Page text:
issue 180 - February 1988
Not so long ago, under Chairman Mao, the only arms China ever exported took the form of the occasional 'gift' to political allies. Indeed, China rightly criticized Western powers for their military profiteering.
Today China is selling as many arms as it can to whoever it can - including to some of the most repressive right-wing regimes in the world. Anyone tuning into reports of the Iran-Iraq conflict cannot fail to hear mention of Silkworm anti-ship missiles and other Chinese-made pieces of weaponry. And this is just the tip of a fast-growing iceberg which has made China the world's fifth largest arms trader with sales of over two billion dollars in 1986.
It still tries to be secretive about its activities, however. Beijing denied reports of arms sales to Iran with comments such as 'we tried to sell them bicycles but they couldn't pay' while actually supplying F-6 fighter jets, tanks, artillery and missiles, including the Silkworm now deployed in the Straits of Hormuz. It was also simultaneously supplying the other side, Iraq, with Silkworm, Badger bombers, tanks and a large number of F-7 fighter jets.
Other controversial recipients of Chinese arms are thought to be the Nicaraguan Contras, whose leaders are reported to have solicited support from China earlier this year. The repressive regime of President Zia in Pakistan, currently engaged in an escalating arms race with India, is also a major customer.
Although Chinese arms technologies lag two decades behind that of the West and the Soviet Union, the Chinese have won a reputation for being able to provide cheap, simple and tough equipment to Third World countries where shortages of foreign exchange and local expertise have ruled out the possibility of acquiring more sophisticated equipment. This is why some 40 Third World countries buy weapons from China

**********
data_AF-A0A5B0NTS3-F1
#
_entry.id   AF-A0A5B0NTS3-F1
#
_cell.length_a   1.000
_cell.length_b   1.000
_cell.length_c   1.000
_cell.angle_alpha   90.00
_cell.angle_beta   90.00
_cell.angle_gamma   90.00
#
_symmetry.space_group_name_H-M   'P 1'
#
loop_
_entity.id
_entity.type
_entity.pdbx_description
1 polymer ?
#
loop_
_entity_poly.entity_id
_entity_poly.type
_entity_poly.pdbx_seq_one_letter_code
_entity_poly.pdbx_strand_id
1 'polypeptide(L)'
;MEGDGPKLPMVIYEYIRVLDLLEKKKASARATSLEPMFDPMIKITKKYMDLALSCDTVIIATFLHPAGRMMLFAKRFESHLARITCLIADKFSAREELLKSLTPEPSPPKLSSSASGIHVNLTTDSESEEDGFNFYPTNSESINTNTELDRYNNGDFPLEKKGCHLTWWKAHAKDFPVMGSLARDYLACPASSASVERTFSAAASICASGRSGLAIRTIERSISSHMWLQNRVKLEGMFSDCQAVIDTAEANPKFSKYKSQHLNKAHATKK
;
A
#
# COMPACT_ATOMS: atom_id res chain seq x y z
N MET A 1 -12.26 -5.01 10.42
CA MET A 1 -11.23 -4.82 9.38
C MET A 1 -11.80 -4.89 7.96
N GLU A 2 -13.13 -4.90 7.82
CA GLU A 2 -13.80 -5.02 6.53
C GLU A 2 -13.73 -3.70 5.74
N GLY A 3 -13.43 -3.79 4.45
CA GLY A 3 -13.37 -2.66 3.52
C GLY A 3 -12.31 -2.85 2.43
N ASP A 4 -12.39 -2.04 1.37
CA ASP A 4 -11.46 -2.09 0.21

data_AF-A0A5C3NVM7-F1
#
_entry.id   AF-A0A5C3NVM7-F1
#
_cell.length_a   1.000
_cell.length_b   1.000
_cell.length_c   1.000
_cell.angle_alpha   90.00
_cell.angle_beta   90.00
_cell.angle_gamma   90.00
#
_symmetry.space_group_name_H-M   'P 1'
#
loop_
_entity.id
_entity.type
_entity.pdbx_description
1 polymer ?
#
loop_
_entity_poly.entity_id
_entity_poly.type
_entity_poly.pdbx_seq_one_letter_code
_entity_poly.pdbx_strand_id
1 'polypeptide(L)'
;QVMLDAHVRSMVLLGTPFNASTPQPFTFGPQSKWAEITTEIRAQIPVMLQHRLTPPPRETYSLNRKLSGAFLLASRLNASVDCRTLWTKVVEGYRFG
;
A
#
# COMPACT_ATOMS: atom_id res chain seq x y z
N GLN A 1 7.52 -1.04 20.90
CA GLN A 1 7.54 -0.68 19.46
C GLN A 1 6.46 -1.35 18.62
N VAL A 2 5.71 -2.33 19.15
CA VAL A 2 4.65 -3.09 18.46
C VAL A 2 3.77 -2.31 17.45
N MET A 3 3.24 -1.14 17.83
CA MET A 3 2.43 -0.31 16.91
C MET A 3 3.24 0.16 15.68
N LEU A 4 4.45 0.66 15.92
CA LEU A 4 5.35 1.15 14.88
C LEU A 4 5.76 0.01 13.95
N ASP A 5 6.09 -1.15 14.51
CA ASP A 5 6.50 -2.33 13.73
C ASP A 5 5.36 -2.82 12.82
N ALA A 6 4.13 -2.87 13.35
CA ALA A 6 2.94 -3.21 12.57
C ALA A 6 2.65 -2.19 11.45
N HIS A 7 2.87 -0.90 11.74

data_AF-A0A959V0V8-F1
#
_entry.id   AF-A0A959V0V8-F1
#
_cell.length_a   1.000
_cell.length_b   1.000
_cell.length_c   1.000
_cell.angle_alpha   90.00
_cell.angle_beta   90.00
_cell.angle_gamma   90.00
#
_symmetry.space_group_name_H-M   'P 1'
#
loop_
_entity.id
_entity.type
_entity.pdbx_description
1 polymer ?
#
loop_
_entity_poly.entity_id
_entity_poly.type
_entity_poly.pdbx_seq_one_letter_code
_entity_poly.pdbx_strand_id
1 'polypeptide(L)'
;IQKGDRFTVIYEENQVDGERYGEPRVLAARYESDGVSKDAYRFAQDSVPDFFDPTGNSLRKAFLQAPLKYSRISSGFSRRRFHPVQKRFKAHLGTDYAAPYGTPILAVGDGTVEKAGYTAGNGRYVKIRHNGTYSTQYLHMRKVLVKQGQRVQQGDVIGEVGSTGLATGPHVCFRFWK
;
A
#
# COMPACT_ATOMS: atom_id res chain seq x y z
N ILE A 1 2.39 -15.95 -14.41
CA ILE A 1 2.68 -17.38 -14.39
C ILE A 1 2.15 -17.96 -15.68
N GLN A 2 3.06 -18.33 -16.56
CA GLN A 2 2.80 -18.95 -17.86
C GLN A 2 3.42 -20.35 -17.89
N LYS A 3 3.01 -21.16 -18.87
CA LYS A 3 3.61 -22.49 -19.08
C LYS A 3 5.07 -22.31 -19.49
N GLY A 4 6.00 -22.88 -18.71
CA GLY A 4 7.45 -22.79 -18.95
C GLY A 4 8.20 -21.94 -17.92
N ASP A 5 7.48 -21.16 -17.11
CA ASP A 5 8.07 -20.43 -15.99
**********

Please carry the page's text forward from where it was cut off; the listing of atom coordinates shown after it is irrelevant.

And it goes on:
This is all part of China's famous 'open door' policy - a door which, incidentally, has also opened to let in Western military technology so that China can start to modernize its own armed forces. Consequently it has been making friends in strange places. The United States recently relaxed its stringent laws against 'leakage' of military technology so as to expand its Sino-US military links and thereby pressurize the USSR.
This new policy has already resulted in a $550 million avionics deal and a commitment from the US to help with the design of a $100 million ammunition factory. It is hardly surprising, then, that British firms, including Vickers and GEC, were involved in military deals with China amounting to $80 million in 1985 alone.
The motto of the Chinese government arms company, Norinco, is 'to strengthen the friendship and co-operation between the Chinese people and the people of the world'. Such diplomatic language may have wooed conservative Western governments, but it cannot cover up the human misery in which Chinese arms traders are deeply implicated.